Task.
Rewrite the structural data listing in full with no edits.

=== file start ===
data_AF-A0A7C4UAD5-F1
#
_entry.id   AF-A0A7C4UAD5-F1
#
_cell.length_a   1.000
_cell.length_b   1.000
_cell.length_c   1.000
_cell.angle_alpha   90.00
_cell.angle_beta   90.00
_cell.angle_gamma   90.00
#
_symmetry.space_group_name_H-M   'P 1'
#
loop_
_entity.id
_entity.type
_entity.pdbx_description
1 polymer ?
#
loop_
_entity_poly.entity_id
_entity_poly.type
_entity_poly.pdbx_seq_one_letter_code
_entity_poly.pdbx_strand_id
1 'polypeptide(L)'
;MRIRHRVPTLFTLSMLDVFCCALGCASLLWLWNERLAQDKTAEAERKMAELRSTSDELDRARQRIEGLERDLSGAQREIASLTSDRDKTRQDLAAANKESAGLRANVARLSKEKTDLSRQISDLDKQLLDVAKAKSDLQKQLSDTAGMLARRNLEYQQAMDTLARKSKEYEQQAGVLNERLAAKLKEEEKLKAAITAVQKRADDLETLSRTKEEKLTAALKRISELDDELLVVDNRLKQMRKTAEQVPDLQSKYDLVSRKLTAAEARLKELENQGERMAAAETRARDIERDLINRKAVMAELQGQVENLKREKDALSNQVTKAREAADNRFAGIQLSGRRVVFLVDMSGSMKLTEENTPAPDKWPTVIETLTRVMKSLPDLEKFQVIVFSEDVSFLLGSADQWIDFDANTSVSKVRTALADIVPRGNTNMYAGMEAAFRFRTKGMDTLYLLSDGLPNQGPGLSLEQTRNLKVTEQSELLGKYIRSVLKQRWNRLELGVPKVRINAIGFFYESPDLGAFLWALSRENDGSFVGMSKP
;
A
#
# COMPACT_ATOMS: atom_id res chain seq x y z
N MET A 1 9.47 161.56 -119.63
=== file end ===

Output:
data_AF-A0A7C4UAD5-F1
#
_entry.id   AF-A0A7C4UAD5-F1
#
_cell.length_a   1.000
_cell.length_b   1.000
_cell.length_c   1.000
_cell.angle_alpha   90.00
_cell.angle_beta   90.00
_cell.angle_gamma   90.00
#
_symmetry.space_group_name_H-M   'P 1'
#
loop_
_entity.id
_entity.type
_entity.pdbx_description
1 polymer ?
#
loop_
_entity_poly.entity_id
_entity_poly.type
_entity_poly.pdbx_seq_one_letter_code
_entity_poly.pdbx_strand_id
1 'polypeptide(L)'
;MRIRHRVPTLFTLSMLDVFCCALGCASLLWLWNERLAQDKTAEAERKMAELRSTSDELDRARQRIEGLERDLSGAQREIASLTSDRDKTRQDLAAANKESAGLRANVARLSKEKTDLSRQISDLDKQLLDVAKAKSDLQKQLSDTAGMLARRNLEYQQAMDTLARKSKEYEQQAGVLNERLAAKLKEEEKLKAAITAVQKRADDLETLSRTKEEKLTAALKRISELDDELLVVDNRLKQMRKTAEQVPDLQSKYDLVSRKLTAAEARLKELENQGERMAAAETRARDIERDLINRKAVMAELQGQVENLKREKDALSNQVTKAREAADNRFAGIQLSGRRVVFLVDMSGSMKLTEENTPAPDKWPTVIETLTRVMKSLPDLEKFQVIVFSEDVSFLLGSADQWIDFDANTSVSKVRTALADIVPRGNTNMYAGMEAAFRFRTKGMDTLYLLSDGLPNQGPGLSLEQTRNLKVTEQSELLGKYIRSVLKQRWNRLELGVPKVRINAIGFFYESPDLGAFLWALSRENDGSFVGMSKP
;
A
#
# COMPACT_ATOMS: atom_id res chain seq x y z
N MET A 1 9.47 161.56 -119.63